US housing starts plunge 5.0 percent in June

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US housing starts plunge 5.0 percent in June

WASHINGTON — US housing starts plunged 5.0 percent in June, official data showed Tuesday, declining far more than expected as the home building industry reels amid a fragile economic recovery.

By (AFP)

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Published: Tue 20 Jul 2010, 6:58 PM

Last updated: Mon 6 Apr 2015, 10:37 AM

Construction starts on privately owned homes fell to a seasonally adjusted annual rate of 549,000 in June, the second consecutive month of decline and the slowest rate since October 2009, the Commerce Department said.

That was 5.0 percent below the May rate of 578,000, revised sharply downward from an initial estimate of 593,000.

The average analyst forecast was for 575,000 housing starts.

June starts were 5.8 percent below the rate a year ago.

The decline was almost exclusively in the volatile multiple-family housing sector, which represents less than 20 percent of housing starts.

Housing starts on single-family homes, the biggest share of US housing, fell only 0.7 percent after dropping 18.8 percent in May.

Building permits, a forward-looking indicator on the housing construction sector, unexpectedly rebounded, by 2.1 percent, after two months running of sharp declines.

Permits to begin construction on privately owned housing climbed to a seasonally adjusted annual rate of 586,000, the department said.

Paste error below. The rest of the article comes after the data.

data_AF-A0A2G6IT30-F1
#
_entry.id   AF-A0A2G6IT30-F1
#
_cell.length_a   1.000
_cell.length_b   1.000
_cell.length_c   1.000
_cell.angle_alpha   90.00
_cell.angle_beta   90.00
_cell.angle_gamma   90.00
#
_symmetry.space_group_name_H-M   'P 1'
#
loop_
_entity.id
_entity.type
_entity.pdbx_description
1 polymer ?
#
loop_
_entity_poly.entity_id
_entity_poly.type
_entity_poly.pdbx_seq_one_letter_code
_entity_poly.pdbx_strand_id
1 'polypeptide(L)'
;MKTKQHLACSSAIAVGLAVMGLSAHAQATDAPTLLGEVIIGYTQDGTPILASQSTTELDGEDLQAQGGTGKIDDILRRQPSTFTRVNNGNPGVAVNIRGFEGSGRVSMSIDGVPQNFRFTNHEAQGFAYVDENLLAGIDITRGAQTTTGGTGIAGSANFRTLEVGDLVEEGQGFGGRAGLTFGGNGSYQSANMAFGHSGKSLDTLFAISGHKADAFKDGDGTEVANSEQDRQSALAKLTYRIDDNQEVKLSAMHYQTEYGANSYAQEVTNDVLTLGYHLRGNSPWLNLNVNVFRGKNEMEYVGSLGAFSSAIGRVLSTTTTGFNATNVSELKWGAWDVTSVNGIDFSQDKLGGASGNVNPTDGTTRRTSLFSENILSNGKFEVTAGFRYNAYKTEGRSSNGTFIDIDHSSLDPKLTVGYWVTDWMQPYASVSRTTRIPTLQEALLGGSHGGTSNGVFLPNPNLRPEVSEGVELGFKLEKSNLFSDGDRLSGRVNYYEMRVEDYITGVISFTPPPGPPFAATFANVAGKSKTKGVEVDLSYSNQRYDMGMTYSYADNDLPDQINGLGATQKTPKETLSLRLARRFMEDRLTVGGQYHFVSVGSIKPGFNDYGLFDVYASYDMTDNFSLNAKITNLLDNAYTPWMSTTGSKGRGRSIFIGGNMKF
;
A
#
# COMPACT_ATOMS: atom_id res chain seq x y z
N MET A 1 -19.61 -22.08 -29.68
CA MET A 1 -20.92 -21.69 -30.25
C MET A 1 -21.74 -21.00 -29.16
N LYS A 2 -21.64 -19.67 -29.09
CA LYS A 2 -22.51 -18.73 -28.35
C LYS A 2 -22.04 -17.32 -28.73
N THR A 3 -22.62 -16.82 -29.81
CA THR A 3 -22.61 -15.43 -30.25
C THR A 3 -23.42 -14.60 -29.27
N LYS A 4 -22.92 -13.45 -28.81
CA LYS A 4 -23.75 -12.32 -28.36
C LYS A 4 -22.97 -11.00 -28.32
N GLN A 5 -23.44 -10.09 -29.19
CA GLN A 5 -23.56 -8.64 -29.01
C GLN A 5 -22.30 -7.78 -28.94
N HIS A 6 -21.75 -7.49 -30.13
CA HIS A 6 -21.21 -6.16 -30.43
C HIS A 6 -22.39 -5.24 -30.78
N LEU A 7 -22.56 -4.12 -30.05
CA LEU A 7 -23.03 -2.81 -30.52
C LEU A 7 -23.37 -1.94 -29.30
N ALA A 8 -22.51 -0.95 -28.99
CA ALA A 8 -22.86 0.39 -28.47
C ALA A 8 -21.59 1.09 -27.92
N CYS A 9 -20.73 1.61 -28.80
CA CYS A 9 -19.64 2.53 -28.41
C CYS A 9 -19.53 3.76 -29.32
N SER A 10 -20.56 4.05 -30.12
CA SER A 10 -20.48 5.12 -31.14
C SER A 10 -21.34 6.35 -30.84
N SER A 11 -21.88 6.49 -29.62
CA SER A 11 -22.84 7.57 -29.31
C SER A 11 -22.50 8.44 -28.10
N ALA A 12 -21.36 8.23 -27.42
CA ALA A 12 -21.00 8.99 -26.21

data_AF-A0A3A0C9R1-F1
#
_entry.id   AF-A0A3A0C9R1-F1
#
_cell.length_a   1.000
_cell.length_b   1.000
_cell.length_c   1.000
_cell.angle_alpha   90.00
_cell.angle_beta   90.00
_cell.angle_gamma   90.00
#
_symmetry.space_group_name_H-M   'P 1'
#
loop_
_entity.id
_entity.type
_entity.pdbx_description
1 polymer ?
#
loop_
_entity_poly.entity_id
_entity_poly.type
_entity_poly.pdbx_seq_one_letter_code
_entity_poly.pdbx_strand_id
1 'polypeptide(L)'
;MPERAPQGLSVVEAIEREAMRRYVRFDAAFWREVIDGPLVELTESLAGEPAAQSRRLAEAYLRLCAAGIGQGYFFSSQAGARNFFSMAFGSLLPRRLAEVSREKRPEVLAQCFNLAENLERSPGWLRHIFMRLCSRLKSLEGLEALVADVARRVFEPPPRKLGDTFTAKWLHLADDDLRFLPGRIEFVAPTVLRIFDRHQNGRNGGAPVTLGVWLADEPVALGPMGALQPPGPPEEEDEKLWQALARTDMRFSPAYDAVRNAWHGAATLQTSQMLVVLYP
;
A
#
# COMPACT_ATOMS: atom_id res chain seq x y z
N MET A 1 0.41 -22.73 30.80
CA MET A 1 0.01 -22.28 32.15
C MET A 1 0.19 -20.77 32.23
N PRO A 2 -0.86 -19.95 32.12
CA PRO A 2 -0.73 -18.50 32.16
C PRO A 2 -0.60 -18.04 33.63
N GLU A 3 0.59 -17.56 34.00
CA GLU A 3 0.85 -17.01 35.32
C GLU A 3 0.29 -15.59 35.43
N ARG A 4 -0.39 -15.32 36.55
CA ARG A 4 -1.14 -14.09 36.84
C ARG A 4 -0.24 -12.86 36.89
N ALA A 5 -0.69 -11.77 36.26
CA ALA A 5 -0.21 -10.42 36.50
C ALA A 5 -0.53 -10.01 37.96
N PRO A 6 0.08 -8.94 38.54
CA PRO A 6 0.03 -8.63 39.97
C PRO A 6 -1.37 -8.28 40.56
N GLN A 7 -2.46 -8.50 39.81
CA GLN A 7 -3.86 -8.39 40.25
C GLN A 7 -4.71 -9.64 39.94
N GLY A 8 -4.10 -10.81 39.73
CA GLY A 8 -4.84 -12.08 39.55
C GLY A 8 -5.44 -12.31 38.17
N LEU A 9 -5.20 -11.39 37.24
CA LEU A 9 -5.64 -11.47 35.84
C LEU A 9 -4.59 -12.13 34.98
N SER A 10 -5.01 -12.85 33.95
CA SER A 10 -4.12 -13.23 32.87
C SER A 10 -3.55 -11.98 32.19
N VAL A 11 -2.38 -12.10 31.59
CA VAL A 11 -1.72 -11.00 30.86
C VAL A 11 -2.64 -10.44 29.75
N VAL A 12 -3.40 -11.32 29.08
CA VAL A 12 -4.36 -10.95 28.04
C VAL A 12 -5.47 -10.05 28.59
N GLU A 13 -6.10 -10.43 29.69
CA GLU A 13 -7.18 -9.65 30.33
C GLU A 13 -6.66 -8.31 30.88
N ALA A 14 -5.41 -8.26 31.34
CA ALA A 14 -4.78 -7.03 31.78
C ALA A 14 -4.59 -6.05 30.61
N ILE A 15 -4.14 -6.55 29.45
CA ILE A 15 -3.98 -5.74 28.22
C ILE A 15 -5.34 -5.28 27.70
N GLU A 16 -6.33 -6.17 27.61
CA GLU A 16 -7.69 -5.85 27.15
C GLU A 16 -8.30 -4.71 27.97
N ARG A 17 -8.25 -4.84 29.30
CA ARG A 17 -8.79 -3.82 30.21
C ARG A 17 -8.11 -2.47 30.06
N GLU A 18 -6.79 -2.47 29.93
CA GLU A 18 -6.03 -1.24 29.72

Most analysts had expected the June reading to dip 2,000 from May to 572,000.

The improvement in building permits was led by the volatile multiple-family sector of buildings with five units or more, up 19.6 percent.

Permits for single-family homes fell for the third month in a row, by 3.4 percent.

“The housing sector remains in a state of weakness,” analysts said in a client note.

“The details of the data, however, suggest a more sideways move in long-term construction trends than another downward shift,” they said, citing the small dip in single-family starts, “which tend to be fairly stable.”

The report was the latest sign of weakness in the housing market, the epicenter of the financial crisis that sent the economy into recession in December 2007.

The National Association of Home Builders reported on Monday that its index on builder confidence in the market for new, single-family homes fell for the second month in a row in July to its lowest level since April 2009.

The expiration of the government’s tax credit program to boost homebuying on April 30 has left the sector without a prop amid the tentative recovery.

Despite bargain-basement home prices, high unemployment and job insecurity have left many would-be homebuyers reluctant to risk a major investment.

“The key story here is that the inevitable sharp drop in activity in the wake of the expiration of the tax credit on April 30 is over, more or less, but it will be a while before any recovery starts,” said Ian Shepherdson at High Frequency Economics.

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